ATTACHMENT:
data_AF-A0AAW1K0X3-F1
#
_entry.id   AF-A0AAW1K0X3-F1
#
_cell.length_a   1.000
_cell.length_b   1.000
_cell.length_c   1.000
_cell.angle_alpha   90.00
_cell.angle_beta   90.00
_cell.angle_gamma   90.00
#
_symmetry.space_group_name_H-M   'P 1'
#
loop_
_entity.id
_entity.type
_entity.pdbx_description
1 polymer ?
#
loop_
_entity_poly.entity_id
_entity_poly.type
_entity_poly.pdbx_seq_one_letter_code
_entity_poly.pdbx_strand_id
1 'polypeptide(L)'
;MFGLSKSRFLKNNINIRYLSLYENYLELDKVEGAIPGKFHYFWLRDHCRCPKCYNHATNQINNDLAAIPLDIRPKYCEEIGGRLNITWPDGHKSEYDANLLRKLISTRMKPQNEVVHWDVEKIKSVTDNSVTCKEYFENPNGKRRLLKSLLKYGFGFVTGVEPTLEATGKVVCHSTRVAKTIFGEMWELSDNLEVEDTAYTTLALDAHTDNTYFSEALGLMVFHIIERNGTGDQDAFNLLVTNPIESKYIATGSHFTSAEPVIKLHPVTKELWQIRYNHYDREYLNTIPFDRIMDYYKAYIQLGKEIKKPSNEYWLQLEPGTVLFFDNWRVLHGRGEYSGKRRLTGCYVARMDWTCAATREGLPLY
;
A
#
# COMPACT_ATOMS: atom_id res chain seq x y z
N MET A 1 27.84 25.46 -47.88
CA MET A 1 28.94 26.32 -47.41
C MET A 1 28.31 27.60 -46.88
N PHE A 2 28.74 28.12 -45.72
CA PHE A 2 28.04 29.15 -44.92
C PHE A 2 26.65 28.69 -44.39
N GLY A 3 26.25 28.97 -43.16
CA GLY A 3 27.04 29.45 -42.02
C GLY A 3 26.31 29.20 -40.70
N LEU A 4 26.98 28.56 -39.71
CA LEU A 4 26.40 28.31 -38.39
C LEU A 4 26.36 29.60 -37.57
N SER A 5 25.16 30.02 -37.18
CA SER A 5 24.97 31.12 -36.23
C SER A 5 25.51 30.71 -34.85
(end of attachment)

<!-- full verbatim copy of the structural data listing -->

data_AF-A0AAW1K0X3-F1
#
_entry.id   AF-A0AAW1K0X3-F1
#
_cell.length_a   1.000
_cell.length_b   1.000
_cell.length_c   1.000
_cell.angle_alpha   90.00
_cell.angle_beta   90.00
_cell.angle_gamma   90.00
#
_symmetry.space_group_name_H-M   'P 1'
#
loop_
_entity.id
_entity.type
_entity.pdbx_description
1 polymer ?
#
loop_
_entity_poly.entity_id
_entity_poly.type
_entity_poly.pdbx_seq_one_letter_code
_entity_poly.pdbx_strand_id
1 'polypeptide(L)'
;MFGLSKSRFLKNNINIRYLSLYENYLELDKVEGAIPGKFHYFWLRDHCRCPKCYNHATNQINNDLAAIPLDIRPKYCEEIGGRLNITWPDGHKSEYDANLLRKLISTRMKPQNEVVHWDVEKIKSVTDNSVTCKEYFENPNGKRRLLKSLLKYGFGFVTGVEPTLEATGKVVCHSTRVAKTIFGEMWELSDNLEVEDTAYTTLALDAHTDNTYFSEALGLMVFHIIERNGTGDQDAFNLLVTNPIESKYIATGSHFTSAEPVIKLHPVTKELWQIRYNHYDREYLNTIPFDRIMDYYKAYIQLGKEIKKPSNEYWLQLEPGTVLFFDNWRVLHGRGEYSGKRRLTGCYVARMDWTCAATREGLPLY
;
A
#
# COMPACT_ATOMS: atom_id res chain seq x y z
N MET A 1 27.84 25.46 -47.88
CA MET A 1 28.94 26.32 -47.41
C MET A 1 28.31 27.60 -46.88
N PHE A 2 28.74 28.12 -45.72
CA PHE A 2 28.04 29.15 -44.92
C PHE A 2 26.65 28.69 -44.39
N GLY A 3 26.25 28.97 -43.16
CA GLY A 3 27.04 29.45 -42.02
C GLY A 3 26.31 29.20 -40.70
N LEU A 4 26.98 28.56 -39.71
CA LEU A 4 26.40 28.31 -38.39
C LEU A 4 26.36 29.60 -37.57
N SER A 5 25.16 30.02 -37.18
CA SER A 5 24.97 31.12 -36.23
C SER A 5 25.51 30.71 -34.85